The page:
The International Air Transport Association (IATA) reports global passenger traffic results for May showing that demand (measured in revenue passenger kilometres, or RPKs) rose 6.1% compared to the same month in 2017, a slight pickup from 6% year-over-year growth for April 2018.
Capacity climbed 5.9% and load factor rose 0.1 percentage point to 80.1%.
“May was another solid month in terms of demand growth. As had been expected, we saw some moderation, as rising airline costs are reducing the stimulus from lower airfares. In particular, jet fuel prices are expected to be up nearly 26% this year compared to 2017. Nevertheless, the record load factor for the month signifies that demand for air connectivity is strong,” said IATA director general Alexandre de Juniac.
International passenger traffic demand rose 5.8%, which was up from 4.6% growth in April. All regions recorded growth, led by Asia-Pacific airlines. Total capacity climbed 5.4%, with load factor rising 0.3 percentage point to 78.7%.
North American airlines’ traffic rose 4.9% in May compared to May 2017, a strong rebound from 0.9% annual growth in April (which was a 36-month low). Capacity climbed 3.4% and load factor increased 1.2 percentage points to 82%. Given the comparatively strong US domestic economy, April’s weak demand performance likely was more reflective of unfavourable year-to-year comparisons with April 2017, when the current upsurge in growth began.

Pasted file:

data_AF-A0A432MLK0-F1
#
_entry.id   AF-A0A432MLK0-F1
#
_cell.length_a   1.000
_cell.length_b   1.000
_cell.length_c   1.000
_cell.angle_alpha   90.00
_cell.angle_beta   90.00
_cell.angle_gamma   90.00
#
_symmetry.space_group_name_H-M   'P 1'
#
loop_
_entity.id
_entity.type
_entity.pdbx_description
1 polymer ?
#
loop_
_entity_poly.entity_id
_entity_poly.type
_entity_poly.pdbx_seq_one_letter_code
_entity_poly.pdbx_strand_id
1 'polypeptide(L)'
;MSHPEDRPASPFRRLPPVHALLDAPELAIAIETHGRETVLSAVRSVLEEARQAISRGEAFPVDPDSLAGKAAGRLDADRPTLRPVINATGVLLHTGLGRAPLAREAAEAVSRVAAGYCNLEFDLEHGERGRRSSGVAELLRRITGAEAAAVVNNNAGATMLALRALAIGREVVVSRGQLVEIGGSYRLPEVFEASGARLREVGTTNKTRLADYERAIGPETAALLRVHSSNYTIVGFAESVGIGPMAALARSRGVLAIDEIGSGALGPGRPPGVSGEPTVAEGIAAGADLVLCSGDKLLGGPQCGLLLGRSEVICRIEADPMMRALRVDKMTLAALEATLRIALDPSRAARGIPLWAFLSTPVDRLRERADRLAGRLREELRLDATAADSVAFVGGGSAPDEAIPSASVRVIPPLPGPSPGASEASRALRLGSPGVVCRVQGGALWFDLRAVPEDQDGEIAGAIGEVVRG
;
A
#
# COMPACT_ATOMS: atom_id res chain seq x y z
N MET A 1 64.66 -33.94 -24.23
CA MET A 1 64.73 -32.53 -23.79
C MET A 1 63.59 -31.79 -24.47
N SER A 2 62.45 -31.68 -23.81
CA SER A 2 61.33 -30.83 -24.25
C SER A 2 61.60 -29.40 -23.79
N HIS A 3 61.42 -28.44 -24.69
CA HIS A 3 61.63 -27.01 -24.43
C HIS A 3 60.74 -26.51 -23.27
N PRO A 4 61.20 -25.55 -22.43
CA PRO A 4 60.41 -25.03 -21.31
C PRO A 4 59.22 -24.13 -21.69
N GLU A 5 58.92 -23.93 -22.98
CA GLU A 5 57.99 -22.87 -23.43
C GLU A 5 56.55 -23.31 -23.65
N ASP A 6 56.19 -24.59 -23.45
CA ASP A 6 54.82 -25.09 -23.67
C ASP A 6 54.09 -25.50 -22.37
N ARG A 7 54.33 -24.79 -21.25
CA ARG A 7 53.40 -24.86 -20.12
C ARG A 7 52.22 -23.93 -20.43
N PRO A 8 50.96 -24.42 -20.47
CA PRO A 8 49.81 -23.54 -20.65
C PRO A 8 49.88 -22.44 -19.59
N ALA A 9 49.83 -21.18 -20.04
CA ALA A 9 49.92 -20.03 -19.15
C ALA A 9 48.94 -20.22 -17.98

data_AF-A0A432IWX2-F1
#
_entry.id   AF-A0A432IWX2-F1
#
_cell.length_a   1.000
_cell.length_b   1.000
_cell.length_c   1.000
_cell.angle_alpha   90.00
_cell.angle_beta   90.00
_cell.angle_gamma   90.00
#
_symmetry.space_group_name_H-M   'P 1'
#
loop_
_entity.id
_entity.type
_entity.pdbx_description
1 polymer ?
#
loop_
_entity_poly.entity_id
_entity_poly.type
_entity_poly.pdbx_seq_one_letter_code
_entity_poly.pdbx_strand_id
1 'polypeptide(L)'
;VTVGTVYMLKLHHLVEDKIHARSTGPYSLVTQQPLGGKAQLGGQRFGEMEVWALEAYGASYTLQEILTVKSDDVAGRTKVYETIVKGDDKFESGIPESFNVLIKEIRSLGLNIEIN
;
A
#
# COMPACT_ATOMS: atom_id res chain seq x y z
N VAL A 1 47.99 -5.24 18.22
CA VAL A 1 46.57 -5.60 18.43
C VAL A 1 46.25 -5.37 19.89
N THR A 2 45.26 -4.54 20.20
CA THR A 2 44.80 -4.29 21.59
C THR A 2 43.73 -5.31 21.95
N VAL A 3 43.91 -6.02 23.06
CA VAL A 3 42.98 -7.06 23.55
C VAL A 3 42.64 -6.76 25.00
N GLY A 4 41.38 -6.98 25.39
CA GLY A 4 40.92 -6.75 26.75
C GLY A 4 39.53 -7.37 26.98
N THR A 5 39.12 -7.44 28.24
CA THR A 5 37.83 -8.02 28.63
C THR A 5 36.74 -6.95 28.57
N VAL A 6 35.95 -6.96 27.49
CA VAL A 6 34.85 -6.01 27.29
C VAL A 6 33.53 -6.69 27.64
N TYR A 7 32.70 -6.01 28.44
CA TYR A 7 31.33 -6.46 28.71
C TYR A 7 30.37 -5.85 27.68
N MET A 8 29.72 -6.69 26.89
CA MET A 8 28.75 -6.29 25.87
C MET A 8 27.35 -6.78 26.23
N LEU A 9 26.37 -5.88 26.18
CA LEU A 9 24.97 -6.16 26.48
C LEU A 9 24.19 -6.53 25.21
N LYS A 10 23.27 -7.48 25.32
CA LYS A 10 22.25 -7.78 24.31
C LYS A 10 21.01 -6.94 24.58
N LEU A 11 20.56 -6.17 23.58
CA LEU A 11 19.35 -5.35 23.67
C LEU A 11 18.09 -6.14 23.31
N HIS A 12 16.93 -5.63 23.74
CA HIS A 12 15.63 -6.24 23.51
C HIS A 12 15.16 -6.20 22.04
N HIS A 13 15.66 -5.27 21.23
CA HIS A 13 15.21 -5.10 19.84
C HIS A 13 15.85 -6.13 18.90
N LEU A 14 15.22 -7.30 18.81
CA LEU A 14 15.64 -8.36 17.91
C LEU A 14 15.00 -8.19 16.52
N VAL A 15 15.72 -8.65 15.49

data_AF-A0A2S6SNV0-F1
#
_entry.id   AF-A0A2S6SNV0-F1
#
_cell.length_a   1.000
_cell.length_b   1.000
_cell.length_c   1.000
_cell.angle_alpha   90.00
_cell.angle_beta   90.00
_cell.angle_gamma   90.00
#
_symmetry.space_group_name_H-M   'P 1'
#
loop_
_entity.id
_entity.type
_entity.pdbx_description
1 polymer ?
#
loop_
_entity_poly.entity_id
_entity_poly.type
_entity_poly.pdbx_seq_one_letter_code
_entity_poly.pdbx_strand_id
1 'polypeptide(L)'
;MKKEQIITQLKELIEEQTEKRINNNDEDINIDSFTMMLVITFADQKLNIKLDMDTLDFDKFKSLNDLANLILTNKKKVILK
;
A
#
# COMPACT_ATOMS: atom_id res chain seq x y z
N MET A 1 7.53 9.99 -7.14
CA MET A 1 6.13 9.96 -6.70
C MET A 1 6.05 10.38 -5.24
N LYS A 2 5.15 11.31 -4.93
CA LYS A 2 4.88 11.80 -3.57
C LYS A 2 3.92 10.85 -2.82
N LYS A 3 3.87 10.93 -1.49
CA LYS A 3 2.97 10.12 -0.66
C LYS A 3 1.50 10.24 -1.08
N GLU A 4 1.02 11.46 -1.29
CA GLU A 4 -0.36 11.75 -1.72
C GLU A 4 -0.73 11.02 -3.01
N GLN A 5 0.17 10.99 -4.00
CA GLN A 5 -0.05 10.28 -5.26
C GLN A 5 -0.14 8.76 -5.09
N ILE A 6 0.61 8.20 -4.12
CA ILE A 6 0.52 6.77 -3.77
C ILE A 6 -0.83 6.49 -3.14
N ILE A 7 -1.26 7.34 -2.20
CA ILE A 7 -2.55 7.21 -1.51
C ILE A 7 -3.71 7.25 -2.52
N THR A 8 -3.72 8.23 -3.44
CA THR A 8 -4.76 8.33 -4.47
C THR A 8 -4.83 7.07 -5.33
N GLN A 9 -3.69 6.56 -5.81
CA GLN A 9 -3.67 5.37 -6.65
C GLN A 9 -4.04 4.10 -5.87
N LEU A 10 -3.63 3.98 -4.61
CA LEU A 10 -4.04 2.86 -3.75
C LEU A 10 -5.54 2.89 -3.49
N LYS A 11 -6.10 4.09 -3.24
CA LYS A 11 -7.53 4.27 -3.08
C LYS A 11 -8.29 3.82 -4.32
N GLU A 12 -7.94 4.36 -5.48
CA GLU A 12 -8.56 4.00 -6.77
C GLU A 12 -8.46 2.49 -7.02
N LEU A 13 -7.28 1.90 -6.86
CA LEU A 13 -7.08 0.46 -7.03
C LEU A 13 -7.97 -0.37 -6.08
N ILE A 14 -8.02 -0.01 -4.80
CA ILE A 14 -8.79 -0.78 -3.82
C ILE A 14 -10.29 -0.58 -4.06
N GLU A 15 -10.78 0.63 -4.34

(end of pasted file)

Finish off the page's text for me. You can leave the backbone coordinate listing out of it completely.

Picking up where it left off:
“Last month, IATA released its mid-year economic report showing expectations of an industry net profit of $33.8 billion. This is a solid performance. But our buffer against shocks is just $7.76. That’s the average profit per passenger that airlines will make this year – a narrow 4.1% net margin. And there are storm clouds on the horizon, including rising cost inputs, growing protectionist sentiment and the risk of trade wars, as well as geopolitical tensions. Aviation is the business of freedom, liberating people to lead better lives. Governments that recognize this will take steps to ensure aviation is economically sustainable. And aviation works best when borders are open to trade and people,” said de Juniac.